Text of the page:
Last updated on Feb 17th, 2021 at 10:13 am
Nothing can quite prepare you for the life-changing experience of having twins. From feeding and bathing, to putting them down for naps and changing nappies around the clock, life with twins can be as exhausting as it is rewarding. Although the first few weeks are a bit of a whirlwind, you can work towards establishing a flexible sleep schedule for your twins, which will work alongside their feeding routine. Ann Richardson and Meg Faure, authors of Sleep Sense, say by six weeks old, your babies’ feeding routine should be settling down and they should start sleeping for at least one longer stretch at night and waking to feed every three to four hours. If your twins were born premature or one is weaker than the other, you’ll need to follow your doctor’s advice when it comes to feeding. Here’s four more effective ways to get your twins on the same sleep schedule…
1. Allow them to sleep together in the first weeks
There isn’t any doubt that twins comfort each other and feel calmer when they are placed next to each other, especially in the first six weeks after birth. In fact, a recent study in the Journal of Obstetric, Gynecologic & Neonatal Nursing points out that when newborn twins sleep in the same cot, they’re naturally inclined to have the same sleep schedule. This is because they tend to move closer to one another and touch, hold and hug each other often. They also generally wake at the same times, which will make your life much easier. They also regulate each other’s body temperatures, which helps to keep them calm and transition into the world after birth.
Worried that the one twin will wake the other? This isn’t always the case, says Shelly Vaziri Flais, author of Raising Twins: From Pregnancy to Preschool. “It has always amazed me how twins have a way of blocking out their twin’s noises. Many a time I walked into my twin babies’ bedroom while one boy was screaming his head off and the other was sleeping as peacefully as could be. Somehow twins can shut out such overnight noises from their twin, and this skill will extend into the preschool years.”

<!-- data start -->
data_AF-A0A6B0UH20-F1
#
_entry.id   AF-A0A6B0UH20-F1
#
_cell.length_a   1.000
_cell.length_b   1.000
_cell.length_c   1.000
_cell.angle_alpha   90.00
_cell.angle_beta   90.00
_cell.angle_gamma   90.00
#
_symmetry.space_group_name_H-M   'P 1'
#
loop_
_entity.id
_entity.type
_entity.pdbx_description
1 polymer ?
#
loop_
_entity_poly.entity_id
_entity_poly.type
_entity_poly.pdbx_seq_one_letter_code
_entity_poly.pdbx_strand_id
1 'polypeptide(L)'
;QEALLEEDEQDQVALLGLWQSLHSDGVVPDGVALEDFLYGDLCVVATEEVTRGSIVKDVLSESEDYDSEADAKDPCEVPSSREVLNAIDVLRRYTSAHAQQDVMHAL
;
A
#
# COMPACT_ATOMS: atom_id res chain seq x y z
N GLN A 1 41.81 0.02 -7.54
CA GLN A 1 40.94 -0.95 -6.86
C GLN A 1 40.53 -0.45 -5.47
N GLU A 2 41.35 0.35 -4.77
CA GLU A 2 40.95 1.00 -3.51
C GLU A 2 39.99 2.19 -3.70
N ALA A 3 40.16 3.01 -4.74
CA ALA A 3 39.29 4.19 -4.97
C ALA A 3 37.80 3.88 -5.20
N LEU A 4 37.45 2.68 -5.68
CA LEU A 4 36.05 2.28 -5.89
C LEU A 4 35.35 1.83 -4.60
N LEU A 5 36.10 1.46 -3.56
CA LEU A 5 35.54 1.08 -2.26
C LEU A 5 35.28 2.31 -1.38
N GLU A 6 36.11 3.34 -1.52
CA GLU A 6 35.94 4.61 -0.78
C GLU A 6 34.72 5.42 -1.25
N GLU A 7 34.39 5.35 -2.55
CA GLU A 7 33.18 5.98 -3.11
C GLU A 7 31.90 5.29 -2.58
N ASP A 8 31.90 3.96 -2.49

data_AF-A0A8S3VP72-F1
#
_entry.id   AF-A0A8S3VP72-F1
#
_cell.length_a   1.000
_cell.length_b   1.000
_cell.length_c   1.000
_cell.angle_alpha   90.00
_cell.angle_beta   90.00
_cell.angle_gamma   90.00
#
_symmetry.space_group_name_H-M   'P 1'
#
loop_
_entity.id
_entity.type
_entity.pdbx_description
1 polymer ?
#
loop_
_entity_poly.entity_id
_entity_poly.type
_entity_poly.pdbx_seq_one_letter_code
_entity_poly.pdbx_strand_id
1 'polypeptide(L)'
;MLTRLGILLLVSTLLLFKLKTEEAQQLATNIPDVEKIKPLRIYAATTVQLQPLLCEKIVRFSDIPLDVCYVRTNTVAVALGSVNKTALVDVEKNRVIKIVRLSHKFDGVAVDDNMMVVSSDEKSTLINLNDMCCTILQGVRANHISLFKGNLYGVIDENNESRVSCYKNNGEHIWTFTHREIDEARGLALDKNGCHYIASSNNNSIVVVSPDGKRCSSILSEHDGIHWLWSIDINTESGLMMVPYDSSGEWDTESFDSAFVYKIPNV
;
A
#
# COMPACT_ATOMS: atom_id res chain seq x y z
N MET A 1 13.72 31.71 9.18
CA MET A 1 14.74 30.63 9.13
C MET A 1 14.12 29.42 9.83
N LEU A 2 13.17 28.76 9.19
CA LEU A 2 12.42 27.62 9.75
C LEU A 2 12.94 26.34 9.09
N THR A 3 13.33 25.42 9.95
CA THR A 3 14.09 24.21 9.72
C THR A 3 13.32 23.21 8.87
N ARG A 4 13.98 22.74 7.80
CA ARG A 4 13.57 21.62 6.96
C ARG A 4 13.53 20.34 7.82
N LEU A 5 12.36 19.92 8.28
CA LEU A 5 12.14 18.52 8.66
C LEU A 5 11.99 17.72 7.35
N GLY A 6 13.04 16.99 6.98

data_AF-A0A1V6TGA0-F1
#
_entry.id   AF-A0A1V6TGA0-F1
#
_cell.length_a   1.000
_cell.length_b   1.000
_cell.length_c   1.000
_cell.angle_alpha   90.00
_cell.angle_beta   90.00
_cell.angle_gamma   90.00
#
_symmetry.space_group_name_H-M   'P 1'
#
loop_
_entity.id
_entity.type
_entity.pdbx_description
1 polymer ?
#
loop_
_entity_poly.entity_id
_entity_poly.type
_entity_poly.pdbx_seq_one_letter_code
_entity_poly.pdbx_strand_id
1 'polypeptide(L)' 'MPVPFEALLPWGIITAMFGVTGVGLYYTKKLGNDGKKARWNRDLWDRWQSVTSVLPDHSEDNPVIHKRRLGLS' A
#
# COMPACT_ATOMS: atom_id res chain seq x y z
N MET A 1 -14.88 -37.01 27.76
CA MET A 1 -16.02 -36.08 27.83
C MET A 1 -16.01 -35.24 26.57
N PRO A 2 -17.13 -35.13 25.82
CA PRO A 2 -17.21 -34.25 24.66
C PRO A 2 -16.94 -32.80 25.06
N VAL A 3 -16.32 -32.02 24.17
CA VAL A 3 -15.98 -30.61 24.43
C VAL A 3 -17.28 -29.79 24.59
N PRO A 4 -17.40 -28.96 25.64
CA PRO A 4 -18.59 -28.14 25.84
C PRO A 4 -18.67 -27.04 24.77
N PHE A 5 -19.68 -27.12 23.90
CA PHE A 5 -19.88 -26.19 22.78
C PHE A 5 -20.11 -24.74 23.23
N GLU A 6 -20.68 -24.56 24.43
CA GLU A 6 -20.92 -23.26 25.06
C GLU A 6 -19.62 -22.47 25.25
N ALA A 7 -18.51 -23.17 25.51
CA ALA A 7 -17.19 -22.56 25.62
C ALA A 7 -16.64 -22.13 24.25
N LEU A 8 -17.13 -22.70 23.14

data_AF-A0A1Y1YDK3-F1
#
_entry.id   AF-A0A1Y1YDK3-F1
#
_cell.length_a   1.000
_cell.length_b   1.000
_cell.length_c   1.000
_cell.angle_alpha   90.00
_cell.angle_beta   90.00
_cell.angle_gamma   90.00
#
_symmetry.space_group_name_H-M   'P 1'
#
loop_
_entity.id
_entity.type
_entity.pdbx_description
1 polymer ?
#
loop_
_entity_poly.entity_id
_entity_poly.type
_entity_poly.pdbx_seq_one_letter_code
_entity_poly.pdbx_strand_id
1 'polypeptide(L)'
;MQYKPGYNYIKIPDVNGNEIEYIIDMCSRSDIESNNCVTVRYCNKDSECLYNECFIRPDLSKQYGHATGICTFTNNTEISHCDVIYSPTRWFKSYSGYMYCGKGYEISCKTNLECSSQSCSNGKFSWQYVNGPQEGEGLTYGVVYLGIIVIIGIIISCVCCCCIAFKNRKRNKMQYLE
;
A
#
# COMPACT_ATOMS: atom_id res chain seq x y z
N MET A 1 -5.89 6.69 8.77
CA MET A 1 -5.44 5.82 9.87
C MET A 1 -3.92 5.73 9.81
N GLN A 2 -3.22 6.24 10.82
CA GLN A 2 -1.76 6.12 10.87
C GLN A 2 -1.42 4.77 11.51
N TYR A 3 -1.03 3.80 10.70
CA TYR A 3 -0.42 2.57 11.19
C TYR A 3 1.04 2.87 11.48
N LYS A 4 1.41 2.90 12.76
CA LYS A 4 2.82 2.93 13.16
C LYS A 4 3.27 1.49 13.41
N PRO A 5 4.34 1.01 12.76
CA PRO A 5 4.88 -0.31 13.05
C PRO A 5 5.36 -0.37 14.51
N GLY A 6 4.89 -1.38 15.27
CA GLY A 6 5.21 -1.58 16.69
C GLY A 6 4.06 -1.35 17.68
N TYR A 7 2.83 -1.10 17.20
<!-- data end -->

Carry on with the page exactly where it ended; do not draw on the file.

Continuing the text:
However, if you are concerned the one will disturb each other, particularly around 12 weeks old when babies start moving more, it might be a good time to put them in their own cots, but still in the same room.
2. Feed them at the same times
Waking a sleeping baby to feed in the middle of the night might sound like a crazy idea, but it’s a good strategy with twins, because inevitably as soon as you put the one baby to sleep, the other will wake hungry, believes registered nurse and assistant sleep consultant, Heather Matthies, who is also a mother of twins. “In the early days, if one baby is awake and it’s close to feeding time, feed everyone! Once your babies are older, you do want to discourage more frequent night feedings and encourage longer stretches of sleep, so I didn’t continue to do that,” she says. Of course, growth spurts may disrupt any kind of sleep schedule you might have established. Twins grow fast and are often hungry, so when they hit a growth spurt you may need to feed more often. This is normal and shouldn’t last longer than a week.
3. Put them down drowsy but awake
With one child, it’s easy to rock them to sleep in a restaurant or let them fall asleep in the car, but when it comes to having twins, try to let them fall asleep in their cots when it’s nap time rather than rocking or holding both of them at once. A flexible routine will become your best friend, says Heather. Schedules can fly out the window if your baby needs something, but having a routine provides a much-needed guide to the day, especially with twins, she adds. If one or both twins are fussing at sleep time, pick them up to calm them and put them down again when they become drowsy. Teaching them to self-settle is a great long-term strategy.
4. Create a calming sleep environment
When it comes to helping your babies sleep during the day and night, follow these tips from Sleep Sense:
Prevent over-tiredness by limiting their awake time between sleeps to 45 and 60 minutes during the day
Keep them swaddled in a stretchy 100% cotton blanket when it’s time to sleep
Dim the light in the room by closing the curtains and using blockout blinds so there’s no bright lights that can overstimulate them
Use white noise, such as a fan or sound of the ocean, to mimic the sounds of the womb
Keep night feeds very calm by remaining in the sleep zone, in a dark room with limited interaction.